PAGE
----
Besides vision, industrial robots can feature another human sense — touch. Close your eyes and consider how your sense of touch can help you insert an object into a hole. You can do this by feel alone. In a similar fashion, tactile feedback lets robots “feel’ how they are engaging with parts. They do so with yet-more-complex force sensors that generate useful information about rotational moment around the direction of force.
In essence, this capability lets robots “feel” to perform such tasks as placing pegs into like-sized holes. Should a peg bind during insertion, the sensor detects the excess force and changes the direction of insertion.
In this case, engineers set up rules in the controller program that dictate how the robot will compensate with respect to measured forces based on general categories. Often, these categories — or so-called “motion schedules” — might need to run in succession to complete a job. A common example is a robot learning to assemble a part. This seemingly simple task can become more complicated when the forces used to secure one part to another could damage the component should too much pressure be applied.
Together, force and vision are expanding the range of problems robots can help solve. For example, during the casting of a part, excess raw material might remain attached to the part. Vision can detect the presence and location of the material and force sensors can help regulate the pressure applied in grinding off the scrap.
On a recent job, a company wanted one of its robots to use vision and force sensing to perform a task that just a few years ago could not have been done with these methods. The relatively simple task of welding stamped metal brackets to a frame was complicated by the need to position the brackets near marks that varied from frame to frame. In addition, bracket dimensions were not identical from part to part. The robot “adapts” by calculating maximum surface contact and ensuring that gaps between the sides of the brackets are even.
The robot first uses vision to find the bracket. The robot then passes the bracket across another vision sensor that maps out the bottom of the bracket’s mating surface. The bracket goes to the frame, where vision locates the marks on the frame indicating where the bracket should be placed for welding. The robot puts the bracket on the correct spot using a force sensor to “feel” that the surface of the bracket is flush with the frame surface. The machine pushes the bracket down and wiggles it to make sure the bracket legs are the same distance from the surface. Last, another robot welds the bracket into place.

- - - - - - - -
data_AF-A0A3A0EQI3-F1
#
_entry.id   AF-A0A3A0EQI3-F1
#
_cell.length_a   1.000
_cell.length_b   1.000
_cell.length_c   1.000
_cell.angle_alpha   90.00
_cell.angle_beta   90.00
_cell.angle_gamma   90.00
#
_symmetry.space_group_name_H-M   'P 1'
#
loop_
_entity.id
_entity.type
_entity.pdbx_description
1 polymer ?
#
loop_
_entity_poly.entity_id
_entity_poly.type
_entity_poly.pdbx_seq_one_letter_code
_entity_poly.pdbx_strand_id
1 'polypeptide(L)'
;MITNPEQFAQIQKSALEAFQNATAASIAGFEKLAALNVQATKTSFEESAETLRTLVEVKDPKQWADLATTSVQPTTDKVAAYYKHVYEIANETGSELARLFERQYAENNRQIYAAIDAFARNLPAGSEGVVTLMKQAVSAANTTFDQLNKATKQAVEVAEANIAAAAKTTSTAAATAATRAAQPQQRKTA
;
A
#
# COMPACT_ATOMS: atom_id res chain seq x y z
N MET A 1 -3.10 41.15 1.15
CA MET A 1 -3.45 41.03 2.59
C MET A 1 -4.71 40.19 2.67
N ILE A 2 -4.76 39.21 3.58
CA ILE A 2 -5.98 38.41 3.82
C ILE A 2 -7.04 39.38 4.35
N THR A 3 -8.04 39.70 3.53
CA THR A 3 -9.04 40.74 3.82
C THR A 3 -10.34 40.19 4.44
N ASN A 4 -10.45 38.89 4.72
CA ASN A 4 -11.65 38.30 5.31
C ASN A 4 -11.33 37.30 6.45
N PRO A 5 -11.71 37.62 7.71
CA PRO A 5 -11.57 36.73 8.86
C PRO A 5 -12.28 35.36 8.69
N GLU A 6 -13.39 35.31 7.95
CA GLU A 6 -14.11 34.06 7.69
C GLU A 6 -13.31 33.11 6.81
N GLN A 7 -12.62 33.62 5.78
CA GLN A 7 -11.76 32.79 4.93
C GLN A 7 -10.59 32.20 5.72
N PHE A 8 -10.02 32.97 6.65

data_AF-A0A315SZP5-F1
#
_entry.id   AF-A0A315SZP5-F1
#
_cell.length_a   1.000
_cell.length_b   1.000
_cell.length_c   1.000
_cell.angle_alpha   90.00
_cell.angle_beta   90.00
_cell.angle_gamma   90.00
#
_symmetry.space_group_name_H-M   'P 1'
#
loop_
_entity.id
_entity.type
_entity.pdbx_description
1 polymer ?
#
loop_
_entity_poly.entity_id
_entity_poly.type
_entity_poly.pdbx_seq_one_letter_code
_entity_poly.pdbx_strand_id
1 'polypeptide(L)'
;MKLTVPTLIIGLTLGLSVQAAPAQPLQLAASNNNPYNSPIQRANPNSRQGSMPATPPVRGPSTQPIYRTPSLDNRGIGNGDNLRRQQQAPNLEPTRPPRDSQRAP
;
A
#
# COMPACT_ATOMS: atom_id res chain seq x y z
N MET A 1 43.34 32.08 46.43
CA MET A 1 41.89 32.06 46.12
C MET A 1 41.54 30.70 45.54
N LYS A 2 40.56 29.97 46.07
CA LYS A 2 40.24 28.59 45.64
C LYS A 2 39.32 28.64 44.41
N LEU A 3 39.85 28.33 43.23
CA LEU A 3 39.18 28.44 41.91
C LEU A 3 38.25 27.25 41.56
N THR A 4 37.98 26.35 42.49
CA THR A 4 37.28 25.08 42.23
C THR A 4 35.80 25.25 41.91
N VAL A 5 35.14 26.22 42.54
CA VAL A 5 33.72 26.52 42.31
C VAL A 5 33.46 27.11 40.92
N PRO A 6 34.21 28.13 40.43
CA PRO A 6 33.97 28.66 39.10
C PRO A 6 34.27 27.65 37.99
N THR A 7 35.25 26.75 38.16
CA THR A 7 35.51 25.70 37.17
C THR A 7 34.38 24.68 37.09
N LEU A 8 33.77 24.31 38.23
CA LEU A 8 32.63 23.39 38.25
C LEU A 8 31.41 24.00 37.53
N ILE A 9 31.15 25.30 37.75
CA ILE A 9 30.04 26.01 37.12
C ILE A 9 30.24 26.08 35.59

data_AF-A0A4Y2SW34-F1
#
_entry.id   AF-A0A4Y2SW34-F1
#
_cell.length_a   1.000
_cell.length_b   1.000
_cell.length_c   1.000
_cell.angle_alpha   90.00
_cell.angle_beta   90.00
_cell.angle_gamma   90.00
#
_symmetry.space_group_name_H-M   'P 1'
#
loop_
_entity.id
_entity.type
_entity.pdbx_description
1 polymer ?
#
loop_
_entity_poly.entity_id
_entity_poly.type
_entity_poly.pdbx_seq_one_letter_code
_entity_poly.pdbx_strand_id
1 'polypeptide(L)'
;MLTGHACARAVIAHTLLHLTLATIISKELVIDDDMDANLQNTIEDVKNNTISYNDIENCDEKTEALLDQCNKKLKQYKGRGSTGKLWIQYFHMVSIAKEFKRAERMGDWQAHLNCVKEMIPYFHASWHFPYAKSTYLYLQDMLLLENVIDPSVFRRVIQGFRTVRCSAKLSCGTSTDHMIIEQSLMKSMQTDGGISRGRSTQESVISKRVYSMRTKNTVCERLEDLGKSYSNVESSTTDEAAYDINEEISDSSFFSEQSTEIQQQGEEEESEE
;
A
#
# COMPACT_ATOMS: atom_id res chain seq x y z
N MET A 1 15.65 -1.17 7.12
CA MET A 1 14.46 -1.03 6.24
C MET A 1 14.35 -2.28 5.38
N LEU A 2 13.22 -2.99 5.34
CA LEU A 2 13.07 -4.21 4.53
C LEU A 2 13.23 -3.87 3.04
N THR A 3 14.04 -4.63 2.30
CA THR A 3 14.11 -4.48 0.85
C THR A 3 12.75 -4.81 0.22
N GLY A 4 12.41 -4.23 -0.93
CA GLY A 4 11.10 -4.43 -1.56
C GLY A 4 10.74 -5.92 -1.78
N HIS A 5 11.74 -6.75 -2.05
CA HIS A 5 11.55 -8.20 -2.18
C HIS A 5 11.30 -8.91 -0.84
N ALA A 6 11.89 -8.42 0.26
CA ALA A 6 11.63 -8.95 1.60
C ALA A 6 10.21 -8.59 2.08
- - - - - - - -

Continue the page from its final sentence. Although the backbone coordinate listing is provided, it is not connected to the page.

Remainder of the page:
In another recent example, a company wanted an efficient way to hang doors on cars. The solution required an iRVision version that supports 3D vision, which is based on laser triangulation. A traditional robot could have mounted the doors only if the cars were in a fixed location and all the doors were perfect — not a realistic possibility. However, vision and force can adjust for the normal imperfections found in typical manufacturing settings. The car was not always in the same exact spot. Door opening had a stack-up tolerance, but variations from car to car were small. Similarly, the doors themselves had relatively small variations in size.
Here, the robot first roughly locates the car and then picks up a door. Next the robot uses force sensing while inserting the door into the body opening. Force sensing ensures the door is centered and that the door surfaces are flush with the body. Another robot moves a camera around the door to measure the width of the gaps at critical places. The controller then calculates how much the robot must move the door before welding it to the car frame.